I am grateful for honesty above all else; I am grateful for all that I am learning about myself and the world through this journey of healing; I am grateful that I will be traveling abroad again this summer with students- WWII AND THE WESTERN FRONT. #gratitude #3things #choosejoy
Have I mentioned the red? Jk – I k ow I have, but it just brings me such great joy, especially this old red truck hand painted by my girl Jenna years ago. I so love it; I am grateful for mini Reece Cups straight from the freezer – yum; I am grateful for my cozy, warm socks that I got in California with Baby Bird. They just make me smile. #choosejoy #gratitude #3things
June 24, 2016
Kissing the Blarney Stone at Blarney Castle in Cork, Ireland
June 20, 2015 – Day 5 of the Britannia with Education First Tours.
Blarney Castle: The grounds were gorgeous and green and views from the top, well, gorgeous.
We climbed to the top of the castle and had to lie down and hang out backwards over an opening with quite a drop. For this gal terrified of heights – the climb alone could have prevented the experience, but I prevailed. Then this nonsense. I did it, though – and that would be another item to mark off of the bucket list.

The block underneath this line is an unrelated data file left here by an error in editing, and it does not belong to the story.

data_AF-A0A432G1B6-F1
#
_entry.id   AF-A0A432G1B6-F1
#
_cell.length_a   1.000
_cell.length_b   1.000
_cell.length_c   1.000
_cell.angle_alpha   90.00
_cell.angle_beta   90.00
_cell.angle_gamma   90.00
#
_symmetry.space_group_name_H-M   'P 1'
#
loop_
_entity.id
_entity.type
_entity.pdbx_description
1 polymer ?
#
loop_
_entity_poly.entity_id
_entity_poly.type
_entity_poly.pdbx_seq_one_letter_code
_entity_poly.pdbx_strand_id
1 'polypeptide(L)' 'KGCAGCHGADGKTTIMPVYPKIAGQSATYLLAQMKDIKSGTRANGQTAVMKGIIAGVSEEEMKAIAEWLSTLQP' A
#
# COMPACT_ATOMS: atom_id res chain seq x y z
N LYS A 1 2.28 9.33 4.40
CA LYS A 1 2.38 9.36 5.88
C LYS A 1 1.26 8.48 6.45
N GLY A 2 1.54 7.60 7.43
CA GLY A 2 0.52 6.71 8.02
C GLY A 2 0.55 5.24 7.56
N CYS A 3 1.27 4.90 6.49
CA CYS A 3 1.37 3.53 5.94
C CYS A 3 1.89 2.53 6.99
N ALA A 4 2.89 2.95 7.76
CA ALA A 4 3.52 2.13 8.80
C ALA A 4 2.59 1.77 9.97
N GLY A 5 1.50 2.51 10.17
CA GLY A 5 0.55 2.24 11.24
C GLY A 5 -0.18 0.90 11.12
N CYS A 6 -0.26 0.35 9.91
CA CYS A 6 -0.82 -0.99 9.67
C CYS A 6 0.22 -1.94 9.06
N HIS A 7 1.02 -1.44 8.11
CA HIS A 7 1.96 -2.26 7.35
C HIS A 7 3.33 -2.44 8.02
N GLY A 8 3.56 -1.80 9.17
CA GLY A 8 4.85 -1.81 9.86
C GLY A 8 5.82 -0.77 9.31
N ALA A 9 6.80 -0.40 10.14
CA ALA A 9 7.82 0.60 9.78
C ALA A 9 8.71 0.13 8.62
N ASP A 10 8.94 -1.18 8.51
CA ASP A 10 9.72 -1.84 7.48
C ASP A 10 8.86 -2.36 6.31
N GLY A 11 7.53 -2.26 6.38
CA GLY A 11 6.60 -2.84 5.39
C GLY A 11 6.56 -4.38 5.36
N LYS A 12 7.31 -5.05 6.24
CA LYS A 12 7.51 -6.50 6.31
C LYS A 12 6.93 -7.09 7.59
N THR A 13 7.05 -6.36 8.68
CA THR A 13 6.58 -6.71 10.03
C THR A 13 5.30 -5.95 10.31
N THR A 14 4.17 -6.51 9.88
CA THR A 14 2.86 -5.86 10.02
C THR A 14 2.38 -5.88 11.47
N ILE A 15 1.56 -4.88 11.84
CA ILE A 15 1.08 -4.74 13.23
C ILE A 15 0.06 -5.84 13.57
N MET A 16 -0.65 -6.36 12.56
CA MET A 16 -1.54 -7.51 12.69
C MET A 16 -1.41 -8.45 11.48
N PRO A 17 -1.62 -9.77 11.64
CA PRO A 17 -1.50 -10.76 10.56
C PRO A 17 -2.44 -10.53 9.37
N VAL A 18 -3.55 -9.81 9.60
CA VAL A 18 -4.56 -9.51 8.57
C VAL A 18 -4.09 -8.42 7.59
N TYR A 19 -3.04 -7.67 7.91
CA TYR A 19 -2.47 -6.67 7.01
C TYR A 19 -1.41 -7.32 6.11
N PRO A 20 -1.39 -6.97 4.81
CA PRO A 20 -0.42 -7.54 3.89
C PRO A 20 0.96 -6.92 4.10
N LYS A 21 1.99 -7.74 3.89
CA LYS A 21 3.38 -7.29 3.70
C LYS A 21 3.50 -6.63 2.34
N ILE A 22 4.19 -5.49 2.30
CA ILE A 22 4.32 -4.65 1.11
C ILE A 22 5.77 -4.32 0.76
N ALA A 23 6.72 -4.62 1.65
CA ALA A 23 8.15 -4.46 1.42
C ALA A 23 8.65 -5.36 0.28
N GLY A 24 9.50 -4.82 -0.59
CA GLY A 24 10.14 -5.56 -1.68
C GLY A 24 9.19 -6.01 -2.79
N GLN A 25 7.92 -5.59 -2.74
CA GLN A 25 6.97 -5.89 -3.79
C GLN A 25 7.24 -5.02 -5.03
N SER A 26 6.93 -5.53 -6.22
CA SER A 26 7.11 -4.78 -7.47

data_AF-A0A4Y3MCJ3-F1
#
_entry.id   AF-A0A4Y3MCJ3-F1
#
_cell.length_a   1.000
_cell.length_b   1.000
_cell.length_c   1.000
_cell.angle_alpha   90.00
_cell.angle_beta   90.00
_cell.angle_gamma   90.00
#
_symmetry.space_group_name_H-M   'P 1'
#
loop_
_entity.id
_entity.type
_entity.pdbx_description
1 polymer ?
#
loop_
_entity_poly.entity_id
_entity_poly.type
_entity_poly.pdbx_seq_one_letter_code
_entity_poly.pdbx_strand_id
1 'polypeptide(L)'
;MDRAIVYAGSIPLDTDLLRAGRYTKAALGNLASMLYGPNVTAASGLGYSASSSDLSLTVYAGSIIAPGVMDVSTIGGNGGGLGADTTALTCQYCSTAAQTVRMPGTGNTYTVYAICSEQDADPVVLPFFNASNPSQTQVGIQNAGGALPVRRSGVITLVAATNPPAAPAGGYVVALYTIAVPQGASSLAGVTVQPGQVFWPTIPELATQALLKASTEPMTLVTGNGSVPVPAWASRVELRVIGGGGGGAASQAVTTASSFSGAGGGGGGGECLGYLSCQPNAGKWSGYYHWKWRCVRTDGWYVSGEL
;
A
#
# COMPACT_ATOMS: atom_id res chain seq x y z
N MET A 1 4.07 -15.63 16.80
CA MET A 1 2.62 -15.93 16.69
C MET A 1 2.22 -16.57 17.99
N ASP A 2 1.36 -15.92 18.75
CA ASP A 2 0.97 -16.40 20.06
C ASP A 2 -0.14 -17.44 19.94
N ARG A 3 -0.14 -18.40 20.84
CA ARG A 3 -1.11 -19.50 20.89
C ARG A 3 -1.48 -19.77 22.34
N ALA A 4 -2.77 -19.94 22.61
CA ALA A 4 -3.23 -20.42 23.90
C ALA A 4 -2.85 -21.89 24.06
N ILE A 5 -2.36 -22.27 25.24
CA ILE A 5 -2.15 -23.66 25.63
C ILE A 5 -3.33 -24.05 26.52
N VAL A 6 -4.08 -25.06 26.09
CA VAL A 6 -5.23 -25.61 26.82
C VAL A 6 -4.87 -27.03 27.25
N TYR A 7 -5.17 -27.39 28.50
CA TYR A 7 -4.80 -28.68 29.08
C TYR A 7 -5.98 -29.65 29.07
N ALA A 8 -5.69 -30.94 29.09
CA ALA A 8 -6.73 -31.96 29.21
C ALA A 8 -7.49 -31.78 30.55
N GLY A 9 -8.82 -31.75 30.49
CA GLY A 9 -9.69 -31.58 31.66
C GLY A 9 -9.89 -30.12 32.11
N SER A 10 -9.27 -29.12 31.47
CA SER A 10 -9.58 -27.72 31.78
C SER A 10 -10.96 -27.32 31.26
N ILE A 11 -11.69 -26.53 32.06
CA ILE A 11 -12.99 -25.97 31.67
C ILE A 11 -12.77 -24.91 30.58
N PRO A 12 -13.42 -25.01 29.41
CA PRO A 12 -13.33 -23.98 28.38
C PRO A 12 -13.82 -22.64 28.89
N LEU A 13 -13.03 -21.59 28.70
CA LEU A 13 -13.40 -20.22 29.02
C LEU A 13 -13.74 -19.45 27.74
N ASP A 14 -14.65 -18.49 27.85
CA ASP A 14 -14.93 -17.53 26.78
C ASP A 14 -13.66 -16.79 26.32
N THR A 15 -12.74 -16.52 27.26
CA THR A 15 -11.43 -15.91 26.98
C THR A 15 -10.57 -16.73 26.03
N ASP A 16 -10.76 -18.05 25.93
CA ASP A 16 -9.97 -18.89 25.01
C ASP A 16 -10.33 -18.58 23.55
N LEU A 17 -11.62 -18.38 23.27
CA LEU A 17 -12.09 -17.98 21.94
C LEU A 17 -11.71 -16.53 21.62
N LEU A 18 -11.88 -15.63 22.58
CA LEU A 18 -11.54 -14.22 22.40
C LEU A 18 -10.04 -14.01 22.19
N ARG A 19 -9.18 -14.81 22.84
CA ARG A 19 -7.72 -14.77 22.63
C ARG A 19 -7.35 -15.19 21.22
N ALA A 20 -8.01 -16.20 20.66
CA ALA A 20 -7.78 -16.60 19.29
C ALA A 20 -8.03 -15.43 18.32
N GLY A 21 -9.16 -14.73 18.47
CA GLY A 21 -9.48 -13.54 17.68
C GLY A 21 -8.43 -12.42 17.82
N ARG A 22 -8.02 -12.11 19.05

The day was warm and sunny as we strolled through the park. Of course, the best part of the day was that I got to share it with my son… Too much? Yea – that was rather corny – or was it Blarney?
As the day ended and we rode the bus to our next destination, I gathered all of the maps and brochures and my colored pens and recorded the event in my trip SMASH Book.
Off to the Rock of Cashel!
Thank you for reading my blog. Follow me at Fields of Poppies
Thanks, Kelly Gallagher, for the Book Club!
Year after year I have struggled with reluctant readers in my classroom. I try and try to support outside reading and despise the read a book take a test option. I want so badly to ignite a love of reading in each and every student. I think I finally figured it out.
My students this year participated in a weekly book club (held in class). They had to prepare for each meeting by doing the following:
- Reading the set number of pages – decided on by their own group on the first day.
- Annotating or take notes in some way in preparation for the weekly discussion.